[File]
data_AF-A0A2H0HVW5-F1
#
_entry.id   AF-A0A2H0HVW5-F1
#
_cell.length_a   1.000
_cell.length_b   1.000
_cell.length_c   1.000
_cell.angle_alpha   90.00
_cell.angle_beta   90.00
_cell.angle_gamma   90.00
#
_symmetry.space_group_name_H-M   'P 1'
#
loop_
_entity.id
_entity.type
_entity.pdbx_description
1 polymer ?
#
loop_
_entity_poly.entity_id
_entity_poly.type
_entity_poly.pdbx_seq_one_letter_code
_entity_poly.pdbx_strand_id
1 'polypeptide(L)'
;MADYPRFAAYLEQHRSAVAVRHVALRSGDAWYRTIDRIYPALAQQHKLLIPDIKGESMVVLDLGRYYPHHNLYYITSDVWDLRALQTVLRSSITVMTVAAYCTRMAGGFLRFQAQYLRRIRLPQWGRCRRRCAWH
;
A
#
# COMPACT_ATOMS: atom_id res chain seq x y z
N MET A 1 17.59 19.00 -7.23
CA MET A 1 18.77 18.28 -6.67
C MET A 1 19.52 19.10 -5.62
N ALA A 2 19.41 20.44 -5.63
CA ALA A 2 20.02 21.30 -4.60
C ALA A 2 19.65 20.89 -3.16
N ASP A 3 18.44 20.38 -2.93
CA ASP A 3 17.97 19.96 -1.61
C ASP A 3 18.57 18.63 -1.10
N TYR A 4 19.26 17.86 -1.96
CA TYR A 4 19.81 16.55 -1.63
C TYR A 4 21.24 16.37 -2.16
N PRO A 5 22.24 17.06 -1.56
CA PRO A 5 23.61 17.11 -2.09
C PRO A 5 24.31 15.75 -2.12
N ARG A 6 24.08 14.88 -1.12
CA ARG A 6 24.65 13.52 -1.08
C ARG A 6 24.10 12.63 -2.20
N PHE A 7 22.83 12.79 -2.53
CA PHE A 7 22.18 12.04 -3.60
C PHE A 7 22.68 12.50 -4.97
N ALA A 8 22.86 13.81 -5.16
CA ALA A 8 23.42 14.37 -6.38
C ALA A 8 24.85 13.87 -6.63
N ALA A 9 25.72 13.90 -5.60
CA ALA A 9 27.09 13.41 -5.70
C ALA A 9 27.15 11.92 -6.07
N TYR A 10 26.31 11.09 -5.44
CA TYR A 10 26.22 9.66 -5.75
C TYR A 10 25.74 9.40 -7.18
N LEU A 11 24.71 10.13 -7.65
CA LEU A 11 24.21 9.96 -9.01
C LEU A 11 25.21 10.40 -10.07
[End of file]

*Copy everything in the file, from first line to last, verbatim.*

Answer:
data_AF-A0A2H0HVW5-F1
#
_entry.id   AF-A0A2H0HVW5-F1
#
_cell.length_a   1.000
_cell.length_b   1.000
_cell.length_c   1.000
_cell.angle_alpha   90.00
_cell.angle_beta   90.00
_cell.angle_gamma   90.00
#
_symmetry.space_group_name_H-M   'P 1'
#
loop_
_entity.id
_entity.type
_entity.pdbx_description
1 polymer ?
#
loop_
_entity_poly.entity_id
_entity_poly.type
_entity_poly.pdbx_seq_one_letter_code
_entity_poly.pdbx_strand_id
1 'polypeptide(L)'
;MADYPRFAAYLEQHRSAVAVRHVALRSGDAWYRTIDRIYPALAQQHKLLIPDIKGESMVVLDLGRYYPHHNLYYITSDVWDLRALQTVLRSSITVMTVAAYCTRMAGGFLRFQAQYLRRIRLPQWGRCRRRCAWH
;
A
#
# COMPACT_ATOMS: atom_id res chain seq x y z
N MET A 1 17.59 19.00 -7.23
CA MET A 1 18.77 18.28 -6.67
C MET A 1 19.52 19.10 -5.62
N ALA A 2 19.41 20.44 -5.63
CA ALA A 2 20.02 21.30 -4.60
C ALA A 2 19.65 20.89 -3.16
N ASP A 3 18.44 20.38 -2.93
CA ASP A 3 17.97 19.96 -1.61
C ASP A 3 18.57 18.63 -1.10
N TYR A 4 19.26 17.86 -1.96
CA TYR A 4 19.81 16.55 -1.63
C TYR A 4 21.24 16.37 -2.16
N PRO A 5 22.24 17.06 -1.56
CA PRO A 5 23.61 17.11 -2.09
C PRO A 5 24.31 15.75 -2.12
N ARG A 6 24.08 14.88 -1.12
CA ARG A 6 24.65 13.52 -1.08
C ARG A 6 24.10 12.63 -2.20
N PHE A 7 22.83 12.79 -2.53
CA PHE A 7 22.18 12.04 -3.60
C PHE A 7 22.68 12.50 -4.97
N ALA A 8 22.86 13.81 -5.16
CA ALA A 8 23.42 14.37 -6.38
C ALA A 8 24.85 13.87 -6.63
N ALA A 9 25.72 13.90 -5.60
CA ALA A 9 27.09 13.41 -5.70
C ALA A 9 27.15 11.92 -6.07
N TYR A 10 26.31 11.09 -5.44
CA TYR A 10 26.22 9.66 -5.75
C TYR A 10 25.74 9.40 -7.18
N LEU A 11 24.71 10.13 -7.65
CA LEU A 11 24.21 9.96 -9.01
C LEU A 11 25.21 10.40 -10.07